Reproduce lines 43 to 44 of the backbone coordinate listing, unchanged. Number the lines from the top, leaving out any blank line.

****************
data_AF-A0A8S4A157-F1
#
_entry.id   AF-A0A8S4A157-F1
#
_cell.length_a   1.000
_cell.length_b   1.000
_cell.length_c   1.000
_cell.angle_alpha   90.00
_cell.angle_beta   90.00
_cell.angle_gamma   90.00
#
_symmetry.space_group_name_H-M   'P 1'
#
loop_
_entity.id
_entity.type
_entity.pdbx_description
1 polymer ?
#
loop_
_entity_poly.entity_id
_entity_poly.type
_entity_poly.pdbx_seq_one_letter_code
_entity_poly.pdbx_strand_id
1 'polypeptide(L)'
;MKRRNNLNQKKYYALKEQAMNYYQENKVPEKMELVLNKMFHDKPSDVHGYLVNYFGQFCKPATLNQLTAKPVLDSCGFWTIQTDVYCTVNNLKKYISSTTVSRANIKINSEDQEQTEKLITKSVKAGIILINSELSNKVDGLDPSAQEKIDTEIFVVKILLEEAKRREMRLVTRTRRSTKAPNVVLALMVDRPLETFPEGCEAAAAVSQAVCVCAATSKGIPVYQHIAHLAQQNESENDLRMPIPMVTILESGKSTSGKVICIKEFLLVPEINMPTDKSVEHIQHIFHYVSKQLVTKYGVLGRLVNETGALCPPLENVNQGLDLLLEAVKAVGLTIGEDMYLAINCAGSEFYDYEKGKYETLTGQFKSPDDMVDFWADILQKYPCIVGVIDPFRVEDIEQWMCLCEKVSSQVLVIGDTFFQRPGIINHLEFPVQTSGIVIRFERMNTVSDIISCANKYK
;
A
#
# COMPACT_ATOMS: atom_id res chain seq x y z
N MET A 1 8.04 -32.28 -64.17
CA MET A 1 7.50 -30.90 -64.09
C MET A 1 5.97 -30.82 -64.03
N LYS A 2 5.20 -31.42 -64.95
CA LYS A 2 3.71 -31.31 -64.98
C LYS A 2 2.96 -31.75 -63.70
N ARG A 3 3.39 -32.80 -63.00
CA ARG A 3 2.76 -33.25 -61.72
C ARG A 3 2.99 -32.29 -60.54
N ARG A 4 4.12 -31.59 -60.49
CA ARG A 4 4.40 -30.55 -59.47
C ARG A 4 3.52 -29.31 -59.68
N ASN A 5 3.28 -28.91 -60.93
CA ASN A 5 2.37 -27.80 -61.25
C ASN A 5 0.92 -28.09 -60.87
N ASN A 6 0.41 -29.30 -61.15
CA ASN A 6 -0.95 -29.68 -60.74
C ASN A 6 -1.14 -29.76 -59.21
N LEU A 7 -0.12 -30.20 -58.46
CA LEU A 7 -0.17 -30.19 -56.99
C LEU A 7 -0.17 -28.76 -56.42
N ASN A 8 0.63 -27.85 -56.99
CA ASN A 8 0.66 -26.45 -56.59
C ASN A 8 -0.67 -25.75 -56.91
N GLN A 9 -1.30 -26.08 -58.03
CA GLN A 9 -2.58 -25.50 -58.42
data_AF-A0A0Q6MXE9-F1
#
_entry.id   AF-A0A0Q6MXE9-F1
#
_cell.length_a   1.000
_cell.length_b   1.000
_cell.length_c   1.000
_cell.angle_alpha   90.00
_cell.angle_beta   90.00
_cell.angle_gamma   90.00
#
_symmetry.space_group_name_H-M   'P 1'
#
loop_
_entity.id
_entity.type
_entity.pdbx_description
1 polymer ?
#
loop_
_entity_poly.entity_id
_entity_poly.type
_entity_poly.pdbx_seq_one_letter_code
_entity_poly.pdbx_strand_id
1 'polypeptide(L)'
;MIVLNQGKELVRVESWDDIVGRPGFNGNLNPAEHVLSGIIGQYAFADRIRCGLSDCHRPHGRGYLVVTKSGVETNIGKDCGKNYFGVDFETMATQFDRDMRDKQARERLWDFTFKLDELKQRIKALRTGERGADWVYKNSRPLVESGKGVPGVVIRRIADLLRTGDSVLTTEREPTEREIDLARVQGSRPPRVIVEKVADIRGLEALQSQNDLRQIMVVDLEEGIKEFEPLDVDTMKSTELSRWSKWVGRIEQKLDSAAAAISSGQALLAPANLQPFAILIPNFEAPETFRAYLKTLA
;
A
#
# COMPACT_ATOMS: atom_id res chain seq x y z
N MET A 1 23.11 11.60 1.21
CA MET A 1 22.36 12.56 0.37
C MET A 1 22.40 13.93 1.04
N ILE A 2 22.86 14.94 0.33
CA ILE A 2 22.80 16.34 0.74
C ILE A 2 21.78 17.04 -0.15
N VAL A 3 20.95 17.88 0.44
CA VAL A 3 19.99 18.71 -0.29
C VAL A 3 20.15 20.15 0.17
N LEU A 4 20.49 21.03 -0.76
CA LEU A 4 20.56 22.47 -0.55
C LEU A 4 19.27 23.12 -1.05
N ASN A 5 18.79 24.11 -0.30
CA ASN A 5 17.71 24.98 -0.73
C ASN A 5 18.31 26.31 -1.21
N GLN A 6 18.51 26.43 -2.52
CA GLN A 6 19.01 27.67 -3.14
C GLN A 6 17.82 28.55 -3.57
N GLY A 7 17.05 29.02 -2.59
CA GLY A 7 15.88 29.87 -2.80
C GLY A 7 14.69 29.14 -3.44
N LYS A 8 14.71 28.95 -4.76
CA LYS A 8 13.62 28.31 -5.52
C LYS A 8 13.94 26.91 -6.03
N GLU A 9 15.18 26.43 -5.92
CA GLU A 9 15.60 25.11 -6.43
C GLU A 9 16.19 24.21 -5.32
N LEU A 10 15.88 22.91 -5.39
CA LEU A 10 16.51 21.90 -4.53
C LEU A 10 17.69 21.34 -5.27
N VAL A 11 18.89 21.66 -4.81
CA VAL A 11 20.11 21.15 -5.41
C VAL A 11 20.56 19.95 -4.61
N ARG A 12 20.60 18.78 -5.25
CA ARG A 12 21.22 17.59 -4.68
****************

N ASN A 5 3.28 -28.91 -60.93
CA ASN A 5 2.37 -27.80 -61.25